Nrl receives patent for carbon capture device—a key step in synthetic fuel production from seawater

October 3, 2017 by Daniel Parry, Naval Research Laboratory
The Electrolytic-Cation Exchange Module (E-CEM), developed at the US Naval Research Laboratory (NRL), provides the Navy the capability to produce the raw materials necessary to develop synthetic fuel stock for production of LNG, CNG, F-76, and JP-5, at sea, or in remote locations. This allows the Navy to reduce the logistics tail on fuel delivery with the potential to increase the Navy's energy security and independence and have minimal impact on the environment. The second-generation, 'large-scale' E-CEM research prototype, at NRL's Marine Corrosion Facility, Key West, Fla., results in a 33 percent improvement in production and will demonstrate the next step towards integrating this technology into commercial systems. Credit: US Naval Research Laboratory

The world's oceans cover approximately 70 percent of Earth's surface and contain roughly 93 percent of the planet's carbon dioxide (CO2). With around 38,000 gigatons (Gt) of carbon, our world's oceans contain 16 times as much carbon as that found on land or in the atmosphere combined.

"With greater attention being directed at mitigating the effects CO2 can have on the environment, an interesting and attractive alternative is to recycle the gas into energy-rich molecules," said Dr. Heather Willauer, research chemist, U.S. Naval Research Laboratory (NRL). "The process, based on Fischer-Tropsch technology, is CO2 neutral and eliminates the emission of sulfur and nitrogen compounds that are produced from the combustion of petroleum derived fossil fuels."

Building on the concept of capturing this natural resource, researchers at NRL have developed and received patent 9,719,178, issued Aug. 1 by the U.S. Patent and Trade Office (USPTO), for an electrolytic-cation exchange module (E-CEM). Under this design, the E-CEM is capable of simultaneously extracting CO2 from seawater and producing hydrogen (H2).

"In our previous work, the initial scale-up and integration of the E-CEM into a skid platform provided us the data needed to establish faster acidity equilibrium for future modules and improve energy efficiencies and production," said Willauer. "This technology provides the Navy the capability to produce fuel stock, at sea or in remote locations, for the production of synthetic LNG, CNG, F-76, and JP-5 petroleum products."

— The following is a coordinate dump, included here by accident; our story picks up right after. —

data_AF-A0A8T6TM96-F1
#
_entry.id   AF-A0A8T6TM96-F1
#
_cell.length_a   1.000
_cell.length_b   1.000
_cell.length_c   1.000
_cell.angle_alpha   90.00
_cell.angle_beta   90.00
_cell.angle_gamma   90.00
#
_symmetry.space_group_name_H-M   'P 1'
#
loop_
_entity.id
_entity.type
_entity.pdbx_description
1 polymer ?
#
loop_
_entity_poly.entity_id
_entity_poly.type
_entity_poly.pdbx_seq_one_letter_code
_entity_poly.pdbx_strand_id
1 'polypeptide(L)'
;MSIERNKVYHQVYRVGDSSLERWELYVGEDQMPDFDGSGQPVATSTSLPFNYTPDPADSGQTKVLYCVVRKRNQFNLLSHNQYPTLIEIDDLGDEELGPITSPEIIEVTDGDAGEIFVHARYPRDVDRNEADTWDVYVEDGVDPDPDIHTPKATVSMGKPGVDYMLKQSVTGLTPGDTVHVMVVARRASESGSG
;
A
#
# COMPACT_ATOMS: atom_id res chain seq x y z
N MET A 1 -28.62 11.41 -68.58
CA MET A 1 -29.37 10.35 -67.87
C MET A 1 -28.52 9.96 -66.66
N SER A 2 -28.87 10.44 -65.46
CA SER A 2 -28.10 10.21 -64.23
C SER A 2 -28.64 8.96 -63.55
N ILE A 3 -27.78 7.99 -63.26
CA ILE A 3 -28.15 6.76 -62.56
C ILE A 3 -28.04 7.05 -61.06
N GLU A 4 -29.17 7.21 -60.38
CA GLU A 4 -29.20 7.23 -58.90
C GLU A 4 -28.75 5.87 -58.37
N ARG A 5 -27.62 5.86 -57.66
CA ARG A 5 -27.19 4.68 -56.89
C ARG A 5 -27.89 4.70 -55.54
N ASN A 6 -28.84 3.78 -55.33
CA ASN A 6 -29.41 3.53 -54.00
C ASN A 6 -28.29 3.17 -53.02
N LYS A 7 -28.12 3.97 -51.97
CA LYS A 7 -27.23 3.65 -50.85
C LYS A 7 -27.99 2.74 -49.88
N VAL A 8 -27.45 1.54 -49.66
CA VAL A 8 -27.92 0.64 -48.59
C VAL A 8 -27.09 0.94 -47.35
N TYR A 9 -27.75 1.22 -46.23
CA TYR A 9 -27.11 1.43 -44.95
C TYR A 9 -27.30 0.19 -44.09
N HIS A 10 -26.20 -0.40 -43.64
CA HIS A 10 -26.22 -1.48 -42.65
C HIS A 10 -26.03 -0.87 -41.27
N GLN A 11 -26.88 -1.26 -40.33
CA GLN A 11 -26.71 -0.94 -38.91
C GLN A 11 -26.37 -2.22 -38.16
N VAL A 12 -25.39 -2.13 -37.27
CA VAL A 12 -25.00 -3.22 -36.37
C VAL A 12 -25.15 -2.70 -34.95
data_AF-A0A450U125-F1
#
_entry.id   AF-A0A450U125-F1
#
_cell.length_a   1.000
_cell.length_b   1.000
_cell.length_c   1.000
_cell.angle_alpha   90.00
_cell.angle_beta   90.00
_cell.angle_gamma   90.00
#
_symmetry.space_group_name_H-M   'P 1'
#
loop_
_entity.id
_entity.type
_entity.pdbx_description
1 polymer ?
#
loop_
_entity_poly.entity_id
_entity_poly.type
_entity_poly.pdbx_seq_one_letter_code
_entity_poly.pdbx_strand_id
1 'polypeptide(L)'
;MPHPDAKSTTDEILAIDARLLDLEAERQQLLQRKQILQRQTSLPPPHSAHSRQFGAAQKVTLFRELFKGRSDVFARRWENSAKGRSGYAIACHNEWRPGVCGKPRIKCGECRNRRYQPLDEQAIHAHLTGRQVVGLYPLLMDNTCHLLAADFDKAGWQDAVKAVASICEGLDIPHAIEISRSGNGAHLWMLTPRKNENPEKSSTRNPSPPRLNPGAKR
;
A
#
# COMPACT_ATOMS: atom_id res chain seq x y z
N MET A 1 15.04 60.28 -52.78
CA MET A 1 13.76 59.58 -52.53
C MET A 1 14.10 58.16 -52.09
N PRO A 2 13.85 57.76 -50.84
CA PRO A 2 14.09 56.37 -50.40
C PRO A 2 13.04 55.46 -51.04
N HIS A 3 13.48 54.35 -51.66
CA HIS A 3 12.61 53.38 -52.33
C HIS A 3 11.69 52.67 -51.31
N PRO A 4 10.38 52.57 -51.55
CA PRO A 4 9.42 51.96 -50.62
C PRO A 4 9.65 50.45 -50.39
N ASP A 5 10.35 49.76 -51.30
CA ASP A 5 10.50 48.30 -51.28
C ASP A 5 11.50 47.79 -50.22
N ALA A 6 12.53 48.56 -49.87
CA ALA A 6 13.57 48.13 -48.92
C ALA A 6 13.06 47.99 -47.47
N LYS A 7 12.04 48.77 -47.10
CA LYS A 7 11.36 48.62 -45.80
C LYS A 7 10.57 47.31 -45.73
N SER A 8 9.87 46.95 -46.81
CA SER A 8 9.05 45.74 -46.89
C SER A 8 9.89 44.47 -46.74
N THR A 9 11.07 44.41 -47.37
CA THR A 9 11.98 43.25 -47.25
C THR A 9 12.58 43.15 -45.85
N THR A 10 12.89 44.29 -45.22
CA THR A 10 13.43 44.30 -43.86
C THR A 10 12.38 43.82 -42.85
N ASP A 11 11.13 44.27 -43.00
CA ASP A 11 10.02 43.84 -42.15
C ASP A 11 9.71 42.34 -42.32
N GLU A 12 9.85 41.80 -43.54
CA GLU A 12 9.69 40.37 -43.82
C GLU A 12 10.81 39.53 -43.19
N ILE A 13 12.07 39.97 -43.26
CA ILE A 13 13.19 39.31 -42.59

Located at NRL's Marine Corrosion Facility, Key West, Florida, the next generation, modified E-CEM, demonstrates the progressive steps forward toward integrating and commercializing these systems. The result, at present, is a 33 percent improvement in production time of CO2 and H2 with a feedstock production rate of a single E-CEM capable of producing more than one gallon of fuel per day—contributing to the removal of nearly five tons of CO2 per year.

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not rated yet Oct 03, 2017
How long does it take atmospheric CO2 to diffuse into the ocean? If you "mine" CO2 from a massive sink like the ocean depending on how long it takes for that carbon to return to the ocean will determine how"carbon neutral" this process really is.
Da Schneib
1 / 5 (1) Oct 03, 2017
Are you saying it's better to mine petroleum and burn it?
Da Schneib
3 / 5 (2) Oct 03, 2017
A couple questions not answered in this article are, how big is this thing? And how much will one cost?

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